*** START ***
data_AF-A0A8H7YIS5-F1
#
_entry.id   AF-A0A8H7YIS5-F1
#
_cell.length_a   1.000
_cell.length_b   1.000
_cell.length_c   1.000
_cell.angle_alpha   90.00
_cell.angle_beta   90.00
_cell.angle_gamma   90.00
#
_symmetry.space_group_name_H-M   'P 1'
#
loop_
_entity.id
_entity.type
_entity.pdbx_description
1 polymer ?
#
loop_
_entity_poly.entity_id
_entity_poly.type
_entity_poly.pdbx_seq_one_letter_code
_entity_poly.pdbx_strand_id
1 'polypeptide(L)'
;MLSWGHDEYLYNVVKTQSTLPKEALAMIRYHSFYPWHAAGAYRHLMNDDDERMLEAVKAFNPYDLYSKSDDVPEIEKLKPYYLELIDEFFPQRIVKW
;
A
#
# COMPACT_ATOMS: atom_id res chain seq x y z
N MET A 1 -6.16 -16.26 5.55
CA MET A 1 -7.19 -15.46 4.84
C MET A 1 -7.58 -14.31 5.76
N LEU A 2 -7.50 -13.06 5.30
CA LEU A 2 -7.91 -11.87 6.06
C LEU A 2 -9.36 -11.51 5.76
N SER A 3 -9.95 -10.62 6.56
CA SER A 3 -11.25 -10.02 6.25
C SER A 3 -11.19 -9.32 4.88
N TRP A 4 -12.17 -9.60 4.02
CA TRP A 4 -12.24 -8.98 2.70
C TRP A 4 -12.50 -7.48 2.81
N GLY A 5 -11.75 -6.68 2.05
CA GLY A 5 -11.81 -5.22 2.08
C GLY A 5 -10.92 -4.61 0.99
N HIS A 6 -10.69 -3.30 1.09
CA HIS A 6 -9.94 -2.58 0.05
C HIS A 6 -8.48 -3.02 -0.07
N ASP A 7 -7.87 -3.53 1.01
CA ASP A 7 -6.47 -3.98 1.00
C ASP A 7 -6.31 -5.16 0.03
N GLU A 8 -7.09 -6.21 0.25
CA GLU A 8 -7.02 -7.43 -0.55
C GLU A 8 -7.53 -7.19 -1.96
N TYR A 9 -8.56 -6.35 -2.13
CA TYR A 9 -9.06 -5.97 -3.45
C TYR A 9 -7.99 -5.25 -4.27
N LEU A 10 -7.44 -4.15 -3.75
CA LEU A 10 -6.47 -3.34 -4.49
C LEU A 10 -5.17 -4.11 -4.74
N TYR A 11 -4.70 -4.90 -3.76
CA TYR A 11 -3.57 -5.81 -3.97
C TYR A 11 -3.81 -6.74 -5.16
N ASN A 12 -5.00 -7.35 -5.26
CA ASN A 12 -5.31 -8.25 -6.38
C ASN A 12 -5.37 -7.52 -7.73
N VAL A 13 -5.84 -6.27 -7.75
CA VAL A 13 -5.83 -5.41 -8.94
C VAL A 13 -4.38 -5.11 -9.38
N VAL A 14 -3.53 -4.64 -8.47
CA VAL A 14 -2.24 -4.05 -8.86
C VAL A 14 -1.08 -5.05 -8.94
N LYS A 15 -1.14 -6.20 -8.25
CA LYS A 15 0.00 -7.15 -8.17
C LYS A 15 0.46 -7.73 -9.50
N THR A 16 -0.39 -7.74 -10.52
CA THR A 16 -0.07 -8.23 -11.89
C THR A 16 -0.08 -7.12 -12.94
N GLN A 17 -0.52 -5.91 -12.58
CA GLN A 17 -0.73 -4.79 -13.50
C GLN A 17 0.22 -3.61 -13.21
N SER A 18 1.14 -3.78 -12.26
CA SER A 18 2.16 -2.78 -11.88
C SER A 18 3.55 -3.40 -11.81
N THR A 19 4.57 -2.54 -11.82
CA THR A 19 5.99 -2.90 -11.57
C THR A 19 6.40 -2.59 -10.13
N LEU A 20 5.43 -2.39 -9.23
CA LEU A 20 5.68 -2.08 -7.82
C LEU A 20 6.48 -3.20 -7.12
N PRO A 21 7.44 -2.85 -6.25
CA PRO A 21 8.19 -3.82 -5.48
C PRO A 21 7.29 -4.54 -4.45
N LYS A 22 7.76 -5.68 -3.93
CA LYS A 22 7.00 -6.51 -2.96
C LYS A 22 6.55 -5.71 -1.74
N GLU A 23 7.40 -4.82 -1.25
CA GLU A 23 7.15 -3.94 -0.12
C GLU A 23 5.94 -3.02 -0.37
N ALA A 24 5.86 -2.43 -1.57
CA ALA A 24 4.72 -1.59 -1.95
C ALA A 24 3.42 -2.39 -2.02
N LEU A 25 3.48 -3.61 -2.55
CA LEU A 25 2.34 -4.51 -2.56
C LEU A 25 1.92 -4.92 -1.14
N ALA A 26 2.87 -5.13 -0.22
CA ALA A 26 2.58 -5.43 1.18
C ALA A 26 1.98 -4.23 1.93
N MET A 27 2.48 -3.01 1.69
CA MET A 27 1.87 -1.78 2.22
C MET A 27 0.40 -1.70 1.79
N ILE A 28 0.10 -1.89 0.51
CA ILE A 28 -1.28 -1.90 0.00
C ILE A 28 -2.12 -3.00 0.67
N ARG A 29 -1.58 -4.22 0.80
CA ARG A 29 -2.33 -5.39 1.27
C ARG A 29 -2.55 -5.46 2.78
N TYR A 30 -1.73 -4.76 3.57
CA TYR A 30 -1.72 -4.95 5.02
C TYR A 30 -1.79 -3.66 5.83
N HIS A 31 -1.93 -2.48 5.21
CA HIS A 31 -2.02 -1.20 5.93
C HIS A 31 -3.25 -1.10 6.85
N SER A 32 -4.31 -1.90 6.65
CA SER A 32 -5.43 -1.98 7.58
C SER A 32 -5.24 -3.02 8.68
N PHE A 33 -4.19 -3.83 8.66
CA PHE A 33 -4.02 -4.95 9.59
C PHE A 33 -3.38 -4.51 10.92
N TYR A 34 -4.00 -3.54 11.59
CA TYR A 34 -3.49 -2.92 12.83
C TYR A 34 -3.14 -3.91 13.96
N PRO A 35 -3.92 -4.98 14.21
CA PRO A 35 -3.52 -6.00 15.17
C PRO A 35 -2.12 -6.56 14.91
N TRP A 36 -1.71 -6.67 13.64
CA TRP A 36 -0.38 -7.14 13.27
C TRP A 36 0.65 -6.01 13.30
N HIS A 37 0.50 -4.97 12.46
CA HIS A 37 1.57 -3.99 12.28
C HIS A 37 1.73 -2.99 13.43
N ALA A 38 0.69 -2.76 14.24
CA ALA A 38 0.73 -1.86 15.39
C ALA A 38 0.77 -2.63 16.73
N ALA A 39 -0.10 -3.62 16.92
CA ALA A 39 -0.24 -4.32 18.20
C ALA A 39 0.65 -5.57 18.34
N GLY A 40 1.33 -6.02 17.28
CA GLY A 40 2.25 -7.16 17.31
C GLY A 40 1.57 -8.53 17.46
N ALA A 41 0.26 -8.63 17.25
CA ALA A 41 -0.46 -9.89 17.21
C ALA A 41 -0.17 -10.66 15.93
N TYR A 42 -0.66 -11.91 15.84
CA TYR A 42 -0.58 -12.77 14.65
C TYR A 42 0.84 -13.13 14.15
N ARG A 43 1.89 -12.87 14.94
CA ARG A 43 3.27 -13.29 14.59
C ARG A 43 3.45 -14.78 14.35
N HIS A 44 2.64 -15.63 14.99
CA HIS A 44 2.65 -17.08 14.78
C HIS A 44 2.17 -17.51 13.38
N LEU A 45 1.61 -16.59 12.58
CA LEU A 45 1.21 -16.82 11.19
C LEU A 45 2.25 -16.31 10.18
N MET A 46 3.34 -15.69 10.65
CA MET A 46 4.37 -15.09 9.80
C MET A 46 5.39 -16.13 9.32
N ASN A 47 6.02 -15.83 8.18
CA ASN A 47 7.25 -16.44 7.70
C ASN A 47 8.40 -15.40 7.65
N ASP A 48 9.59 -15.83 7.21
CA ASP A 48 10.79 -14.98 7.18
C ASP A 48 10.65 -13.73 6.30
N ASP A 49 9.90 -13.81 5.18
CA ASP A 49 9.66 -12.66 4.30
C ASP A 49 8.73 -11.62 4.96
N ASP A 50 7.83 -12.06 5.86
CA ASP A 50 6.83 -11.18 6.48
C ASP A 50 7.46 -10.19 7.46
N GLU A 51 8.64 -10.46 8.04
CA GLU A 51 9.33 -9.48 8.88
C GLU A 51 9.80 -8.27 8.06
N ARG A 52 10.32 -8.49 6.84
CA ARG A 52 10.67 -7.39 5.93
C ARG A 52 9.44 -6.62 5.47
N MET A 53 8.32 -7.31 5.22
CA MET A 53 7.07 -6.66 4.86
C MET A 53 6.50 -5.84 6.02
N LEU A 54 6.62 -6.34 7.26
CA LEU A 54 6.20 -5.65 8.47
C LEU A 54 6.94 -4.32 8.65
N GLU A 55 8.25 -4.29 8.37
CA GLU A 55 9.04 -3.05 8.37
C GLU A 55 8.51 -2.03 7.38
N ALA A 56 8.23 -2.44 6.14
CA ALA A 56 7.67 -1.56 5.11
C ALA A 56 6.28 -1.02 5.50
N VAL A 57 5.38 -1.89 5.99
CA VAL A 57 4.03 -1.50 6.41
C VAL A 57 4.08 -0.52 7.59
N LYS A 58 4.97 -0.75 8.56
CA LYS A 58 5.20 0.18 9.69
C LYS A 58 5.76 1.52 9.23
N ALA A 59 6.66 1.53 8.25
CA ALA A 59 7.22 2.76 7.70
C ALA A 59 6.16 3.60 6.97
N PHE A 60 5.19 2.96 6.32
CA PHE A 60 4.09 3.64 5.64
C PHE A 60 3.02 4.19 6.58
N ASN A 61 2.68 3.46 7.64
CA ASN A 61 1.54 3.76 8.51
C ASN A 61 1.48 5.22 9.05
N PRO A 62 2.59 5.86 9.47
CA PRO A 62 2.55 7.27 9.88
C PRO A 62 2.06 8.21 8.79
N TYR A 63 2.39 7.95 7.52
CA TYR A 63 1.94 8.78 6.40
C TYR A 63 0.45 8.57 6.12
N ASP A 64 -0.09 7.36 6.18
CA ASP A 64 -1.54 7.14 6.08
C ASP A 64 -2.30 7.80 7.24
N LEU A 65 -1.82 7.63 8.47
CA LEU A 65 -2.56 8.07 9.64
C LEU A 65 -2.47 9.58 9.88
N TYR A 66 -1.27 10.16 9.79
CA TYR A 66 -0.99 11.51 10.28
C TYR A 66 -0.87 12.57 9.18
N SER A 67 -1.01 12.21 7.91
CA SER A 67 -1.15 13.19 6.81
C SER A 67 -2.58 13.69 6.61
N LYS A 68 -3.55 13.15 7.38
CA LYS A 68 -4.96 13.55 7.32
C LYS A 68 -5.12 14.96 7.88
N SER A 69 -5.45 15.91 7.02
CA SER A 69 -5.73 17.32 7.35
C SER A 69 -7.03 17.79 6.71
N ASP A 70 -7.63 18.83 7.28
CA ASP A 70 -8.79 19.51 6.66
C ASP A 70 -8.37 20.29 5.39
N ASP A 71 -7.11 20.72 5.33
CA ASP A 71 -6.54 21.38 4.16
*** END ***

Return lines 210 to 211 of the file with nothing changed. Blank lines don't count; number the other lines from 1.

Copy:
C PHE A 60 3.02 4.19 6.58
N ASN A 61 2.68 3.46 7.64